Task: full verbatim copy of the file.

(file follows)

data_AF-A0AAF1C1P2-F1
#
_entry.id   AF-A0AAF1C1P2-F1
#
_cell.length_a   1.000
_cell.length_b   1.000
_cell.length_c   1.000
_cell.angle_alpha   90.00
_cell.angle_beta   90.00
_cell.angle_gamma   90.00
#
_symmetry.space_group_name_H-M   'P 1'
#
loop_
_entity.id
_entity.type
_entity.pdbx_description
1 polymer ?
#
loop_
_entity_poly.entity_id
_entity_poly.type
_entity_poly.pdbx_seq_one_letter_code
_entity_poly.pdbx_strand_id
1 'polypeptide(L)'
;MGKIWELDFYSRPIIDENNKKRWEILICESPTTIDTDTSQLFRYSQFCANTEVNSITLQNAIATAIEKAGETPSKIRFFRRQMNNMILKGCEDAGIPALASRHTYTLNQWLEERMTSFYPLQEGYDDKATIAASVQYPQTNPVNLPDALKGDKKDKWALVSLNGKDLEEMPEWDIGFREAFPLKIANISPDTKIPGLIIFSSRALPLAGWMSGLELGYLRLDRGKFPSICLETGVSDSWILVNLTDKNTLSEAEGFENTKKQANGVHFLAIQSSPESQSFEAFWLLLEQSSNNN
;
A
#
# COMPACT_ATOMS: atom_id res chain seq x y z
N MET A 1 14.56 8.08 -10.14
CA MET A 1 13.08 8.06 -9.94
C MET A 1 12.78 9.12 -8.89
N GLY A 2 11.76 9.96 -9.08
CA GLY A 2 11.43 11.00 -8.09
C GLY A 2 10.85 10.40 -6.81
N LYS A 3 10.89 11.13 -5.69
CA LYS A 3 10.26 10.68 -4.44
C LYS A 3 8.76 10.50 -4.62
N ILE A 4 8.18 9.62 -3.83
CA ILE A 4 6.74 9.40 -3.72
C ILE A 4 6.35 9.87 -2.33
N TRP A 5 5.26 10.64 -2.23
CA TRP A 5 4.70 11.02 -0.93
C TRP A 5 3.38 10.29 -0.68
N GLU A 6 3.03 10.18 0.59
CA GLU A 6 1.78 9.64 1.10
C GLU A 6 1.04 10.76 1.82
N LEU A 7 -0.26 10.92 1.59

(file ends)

data_AF-A0AAF1C1P2-F1
#
_entry.id   AF-A0AAF1C1P2-F1
#
_cell.length_a   1.000
_cell.length_b   1.000
_cell.length_c   1.000
_cell.angle_alpha   90.00
_cell.angle_beta   90.00
_cell.angle_gamma   90.00
#
_symmetry.space_group_name_H-M   'P 1'
#
loop_
_entity.id
_entity.type
_entity.pdbx_description
1 polymer ?
#
loop_
_entity_poly.entity_id
_entity_poly.type
_entity_poly.pdbx_seq_one_letter_code
_entity_poly.pdbx_strand_id
1 'polypeptide(L)'
;MGKIWELDFYSRPIIDENNKKRWEILICESPTTIDTDTSQLFRYSQFCANTEVNSITLQNAIATAIEKAGETPSKIRFFRRQMNNMILKGCEDAGIPALASRHTYTLNQWLEERMTSFYPLQEGYDDKATIAASVQYPQTNPVNLPDALKGDKKDKWALVSLNGKDLEEMPEWDIGFREAFPLKIANISPDTKIPGLIIFSSRALPLAGWMSGLELGYLRLDRGKFPSICLETGVSDSWILVNLTDKNTLSEAEGFENTKKQANGVHFLAIQSSPESQSFEAFWLLLEQSSNNN
;
A
#
# COMPACT_ATOMS: atom_id res chain seq x y z
N MET A 1 14.56 8.08 -10.14
CA MET A 1 13.08 8.06 -9.94
C MET A 1 12.78 9.12 -8.89
N GLY A 2 11.76 9.96 -9.08
CA GLY A 2 11.43 11.00 -8.09
C GLY A 2 10.85 10.40 -6.81
N LYS A 3 10.89 11.13 -5.69
CA LYS A 3 10.26 10.68 -4.44
C LYS A 3 8.76 10.50 -4.62
N ILE A 4 8.18 9.62 -3.83
CA ILE A 4 6.74 9.40 -3.72
C ILE A 4 6.35 9.87 -2.33
N TRP A 5 5.26 10.64 -2.23
CA TRP A 5 4.70 11.02 -0.93
C TRP A 5 3.38 10.29 -0.68
N GLU A 6 3.03 10.18 0.59
CA GLU A 6 1.78 9.64 1.10
C GLU A 6 1.04 10.76 1.82
N LEU A 7 -0.26 10.92 1.59